Although Plaintiff has met the burden of presentation regarding the amount of fees sought, the Court must determine whether such fees are reasonable pursuant to the EAJA. A reasonable EAJA fee is calculated under the lodestar method by multiplying a reasonable number of hours expended by a reasonable hourly rate. Astrue v. Ratliff, 560 U.S. 586, 602 (2010). Although the hourly rate is statutorily capped at $125.00 per hour, the language additionally permits the Court to allow for “an increase in the cost of living” to justify a higher hourly rate. 28 U.S.C. § 2412(d)(2)(A). In order to prove that such an increase is justified, the Seventh Circuit held that “an EAJA claimant may rely on a general and readily available measure of inflation such as the Consumer Price Index, as well as proof that the requested rate does not exceed the prevailing market rate in the community for similar services by lawyers of comparable skill and experience.” Sprinkle v. Colvin, 777 F.3d 421, 423 (7th Cir. 2015). Reliance solely on a readily available measure of inflation is not sufficient, as an inflation-adjusted rate might result in a rate higher than the prevailing market rate in the community for comparable legal services, creating a windfall, which is to be avoided. Id. at 428-29.

         Here, Plaintiff referenced the March 1996 Midwest Urban CPI-All Items Index at 151.7, with an increase in the cost of living for 2017 at 1.515319 (229.874/151.7) and for the First Half of 2018 at 1.540217 (233.651/151.7). [Dkt. 29 at 3-4; Dkt. 29-3.] To complete the fee calculations accordingly, the Annual 2017 and First Half of 2018 index totals are multiplied by the $125.00 per hour statutory cap; as such, for 2017 Plaintiff asserted a rate of $189.41, and for the First Half of 2018, a rate of $192.53. [Dkt. 29 at 7.] In further support, Plaintiff submitted a rate survey for Indianapolis - Carmel Indiana for 2008 which illustrated the “lowest quartile standard hourly rate for an attorney with under two years of experience was $185.” [Dkt. 29 at 5; Dkt. 29-4.] As Mr. Hanley and Mr. Schnaufer have practiced law between twenty and forty years, the lowest quartile of the rate survey would reflect hourly rates between $345 and $391. [Dkt. 29 at 5; Dkt. 29-4.] The Court finds Plaintiff's requested rates are consistent with the inflation-adjusted rate, the depth of counsel's experience, the prevailing market rate in the community by lawyers of comparable skills and experience, and the rate approved in other similar disability cases in this district. See, e.g., Rabe v. Astrue, 2011 WL 2899063 (S.D. Ind. July 15, 2011); Neal v. Colvin, 2013 WL 4479802 (S.D. Ind. Aug. 19, 2013); Little v. Colvin, 2014 WL 30032 (S.D. Ind. Jan. 3, 2014).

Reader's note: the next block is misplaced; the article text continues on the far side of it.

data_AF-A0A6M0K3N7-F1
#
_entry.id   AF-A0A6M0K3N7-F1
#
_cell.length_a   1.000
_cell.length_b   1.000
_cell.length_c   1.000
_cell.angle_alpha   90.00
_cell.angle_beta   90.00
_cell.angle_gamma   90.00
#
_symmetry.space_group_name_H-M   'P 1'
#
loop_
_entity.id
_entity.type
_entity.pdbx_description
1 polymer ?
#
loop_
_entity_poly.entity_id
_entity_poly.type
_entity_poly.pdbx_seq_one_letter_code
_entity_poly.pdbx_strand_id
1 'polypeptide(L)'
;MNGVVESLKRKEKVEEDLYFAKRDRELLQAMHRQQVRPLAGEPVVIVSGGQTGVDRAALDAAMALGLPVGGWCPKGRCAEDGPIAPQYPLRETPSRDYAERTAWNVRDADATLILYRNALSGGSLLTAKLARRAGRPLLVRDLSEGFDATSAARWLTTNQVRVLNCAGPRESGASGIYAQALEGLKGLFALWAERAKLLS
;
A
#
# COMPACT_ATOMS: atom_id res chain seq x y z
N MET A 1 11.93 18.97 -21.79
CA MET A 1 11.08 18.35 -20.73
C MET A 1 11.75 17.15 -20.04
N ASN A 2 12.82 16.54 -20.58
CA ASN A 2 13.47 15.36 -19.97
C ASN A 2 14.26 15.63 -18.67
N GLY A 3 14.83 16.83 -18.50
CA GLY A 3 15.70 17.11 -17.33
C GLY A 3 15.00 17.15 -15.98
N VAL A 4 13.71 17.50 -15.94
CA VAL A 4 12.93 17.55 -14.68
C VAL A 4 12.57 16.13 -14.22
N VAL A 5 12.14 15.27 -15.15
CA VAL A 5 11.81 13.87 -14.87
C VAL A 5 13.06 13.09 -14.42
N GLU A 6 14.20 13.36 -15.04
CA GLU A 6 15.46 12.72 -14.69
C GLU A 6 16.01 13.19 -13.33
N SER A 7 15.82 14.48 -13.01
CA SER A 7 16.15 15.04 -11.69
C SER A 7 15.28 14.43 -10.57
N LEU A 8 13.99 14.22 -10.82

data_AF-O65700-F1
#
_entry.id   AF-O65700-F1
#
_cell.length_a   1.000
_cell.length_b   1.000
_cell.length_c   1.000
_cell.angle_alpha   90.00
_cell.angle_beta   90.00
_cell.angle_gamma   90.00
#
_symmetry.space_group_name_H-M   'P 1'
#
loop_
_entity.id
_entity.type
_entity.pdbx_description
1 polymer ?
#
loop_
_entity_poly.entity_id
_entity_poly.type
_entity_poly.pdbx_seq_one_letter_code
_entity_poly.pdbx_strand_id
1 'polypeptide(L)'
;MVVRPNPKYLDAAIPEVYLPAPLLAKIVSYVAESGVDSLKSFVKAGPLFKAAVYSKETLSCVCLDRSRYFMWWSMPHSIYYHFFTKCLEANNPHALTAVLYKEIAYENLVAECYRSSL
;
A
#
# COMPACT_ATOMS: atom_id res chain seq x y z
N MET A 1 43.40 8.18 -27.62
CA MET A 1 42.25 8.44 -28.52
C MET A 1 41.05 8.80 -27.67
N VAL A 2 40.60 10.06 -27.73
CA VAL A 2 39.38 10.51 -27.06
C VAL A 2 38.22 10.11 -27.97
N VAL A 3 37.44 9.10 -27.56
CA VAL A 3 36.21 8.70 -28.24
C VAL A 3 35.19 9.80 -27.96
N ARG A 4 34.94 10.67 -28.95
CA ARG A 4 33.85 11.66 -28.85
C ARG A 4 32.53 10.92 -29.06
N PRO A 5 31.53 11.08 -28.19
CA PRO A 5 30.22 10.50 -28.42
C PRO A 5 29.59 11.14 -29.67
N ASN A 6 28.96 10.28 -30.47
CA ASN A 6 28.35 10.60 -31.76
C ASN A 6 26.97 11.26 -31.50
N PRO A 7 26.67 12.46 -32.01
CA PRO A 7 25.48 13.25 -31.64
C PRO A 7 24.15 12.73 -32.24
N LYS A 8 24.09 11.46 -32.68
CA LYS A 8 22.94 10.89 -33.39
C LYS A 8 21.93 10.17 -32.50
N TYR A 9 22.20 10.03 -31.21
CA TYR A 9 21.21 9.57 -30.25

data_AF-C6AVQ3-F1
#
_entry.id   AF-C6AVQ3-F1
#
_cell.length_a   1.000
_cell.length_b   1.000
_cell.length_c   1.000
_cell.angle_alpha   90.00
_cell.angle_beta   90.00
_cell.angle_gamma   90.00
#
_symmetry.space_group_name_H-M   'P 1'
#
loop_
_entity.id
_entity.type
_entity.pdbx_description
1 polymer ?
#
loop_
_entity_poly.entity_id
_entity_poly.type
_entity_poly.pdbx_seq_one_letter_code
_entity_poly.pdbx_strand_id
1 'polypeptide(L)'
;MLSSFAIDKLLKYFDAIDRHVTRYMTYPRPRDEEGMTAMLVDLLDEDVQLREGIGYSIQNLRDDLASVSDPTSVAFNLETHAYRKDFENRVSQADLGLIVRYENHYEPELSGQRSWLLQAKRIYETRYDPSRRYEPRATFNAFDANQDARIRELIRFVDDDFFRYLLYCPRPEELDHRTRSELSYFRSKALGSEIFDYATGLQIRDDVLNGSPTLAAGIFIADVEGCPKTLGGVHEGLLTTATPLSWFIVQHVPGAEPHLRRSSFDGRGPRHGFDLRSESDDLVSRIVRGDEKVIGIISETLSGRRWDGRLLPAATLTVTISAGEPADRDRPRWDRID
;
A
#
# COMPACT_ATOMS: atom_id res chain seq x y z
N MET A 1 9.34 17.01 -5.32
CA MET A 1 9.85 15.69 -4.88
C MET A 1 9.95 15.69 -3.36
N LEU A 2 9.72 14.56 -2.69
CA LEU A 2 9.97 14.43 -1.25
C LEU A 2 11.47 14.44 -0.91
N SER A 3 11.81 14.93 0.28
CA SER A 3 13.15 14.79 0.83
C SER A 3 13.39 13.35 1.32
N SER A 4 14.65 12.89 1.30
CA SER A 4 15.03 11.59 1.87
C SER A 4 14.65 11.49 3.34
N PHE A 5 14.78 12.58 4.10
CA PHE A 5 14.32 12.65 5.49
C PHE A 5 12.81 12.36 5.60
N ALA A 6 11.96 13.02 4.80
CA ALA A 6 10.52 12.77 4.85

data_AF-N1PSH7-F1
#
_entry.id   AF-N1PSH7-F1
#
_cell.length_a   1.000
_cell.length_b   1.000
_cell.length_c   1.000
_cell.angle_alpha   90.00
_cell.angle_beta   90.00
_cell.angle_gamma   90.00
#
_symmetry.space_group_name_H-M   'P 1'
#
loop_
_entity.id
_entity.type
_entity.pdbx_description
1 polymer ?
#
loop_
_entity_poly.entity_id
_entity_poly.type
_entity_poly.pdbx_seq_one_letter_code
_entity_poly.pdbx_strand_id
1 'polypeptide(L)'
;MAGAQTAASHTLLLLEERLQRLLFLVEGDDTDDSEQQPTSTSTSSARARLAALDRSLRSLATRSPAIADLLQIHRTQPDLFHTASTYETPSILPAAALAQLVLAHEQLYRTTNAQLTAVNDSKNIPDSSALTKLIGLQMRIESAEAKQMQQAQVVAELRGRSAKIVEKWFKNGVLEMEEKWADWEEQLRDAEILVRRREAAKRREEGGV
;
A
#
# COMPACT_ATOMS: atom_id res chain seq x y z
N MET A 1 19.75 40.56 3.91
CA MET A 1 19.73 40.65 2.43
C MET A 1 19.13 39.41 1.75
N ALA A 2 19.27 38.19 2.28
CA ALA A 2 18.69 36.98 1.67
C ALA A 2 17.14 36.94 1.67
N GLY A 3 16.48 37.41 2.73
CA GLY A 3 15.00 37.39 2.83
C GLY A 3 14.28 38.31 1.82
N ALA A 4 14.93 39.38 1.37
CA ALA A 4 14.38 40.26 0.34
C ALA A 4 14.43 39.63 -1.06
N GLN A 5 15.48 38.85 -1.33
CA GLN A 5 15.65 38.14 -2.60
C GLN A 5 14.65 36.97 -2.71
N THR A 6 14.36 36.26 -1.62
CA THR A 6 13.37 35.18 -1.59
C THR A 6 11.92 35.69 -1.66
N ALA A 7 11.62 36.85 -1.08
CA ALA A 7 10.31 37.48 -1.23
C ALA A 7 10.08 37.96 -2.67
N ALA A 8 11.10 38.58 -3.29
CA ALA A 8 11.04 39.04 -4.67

Next, the Court must decide whether the number of hours reportedly worked by counsel appears sufficiently reasonable. The Seventh Circuit commands that an attorney use the same “billing judgment” with the Court that he or she would implement when presenting a client with the legal bill. Spegon v. Catholic Bishop of Chi., 175 F.3d 544, 552 (7th Cir. 1999). As explained by the Supreme Court, “[c]ounsel for the prevailing party should make a good faith effort to exclude from a fee request hours that are excessive, redundant, or otherwise unnecessary, just as a lawyer in private practice ethically is obligated to exclude such hours from his fee submission.” Hensley v. Eckerhart, 461 U.S. 424, 434 (1983). Mr. Hanley asserted 1.80 hours of expended attorney time on this case, of which 1.60 hours were completed in 2017 and 0.20 hours were expended in the First Half of 2018.[1] [Dkt. 29 at 7.] Mr. Schnaufer asserted 13.60 hours of expended attorney time on this case, of which all hours were completed in the First Half of 2018.[2] [Dkt. 29 at 7.] The Court has reviewed the itemized time records of services rendered and finds Plaintiffs counsel employed proper “billing judgment” with regards to each attorney's work on this case. The Court finds that the number of hours worked appears reasonable.

         Finally, the Court is not aware of any “conduct which unduly and unreasonably protracted the final resolution of the matter in controversy” having taken place on behalf of Plaintiff or her counsel. Therefore, the Court will not reduce or deny an award ...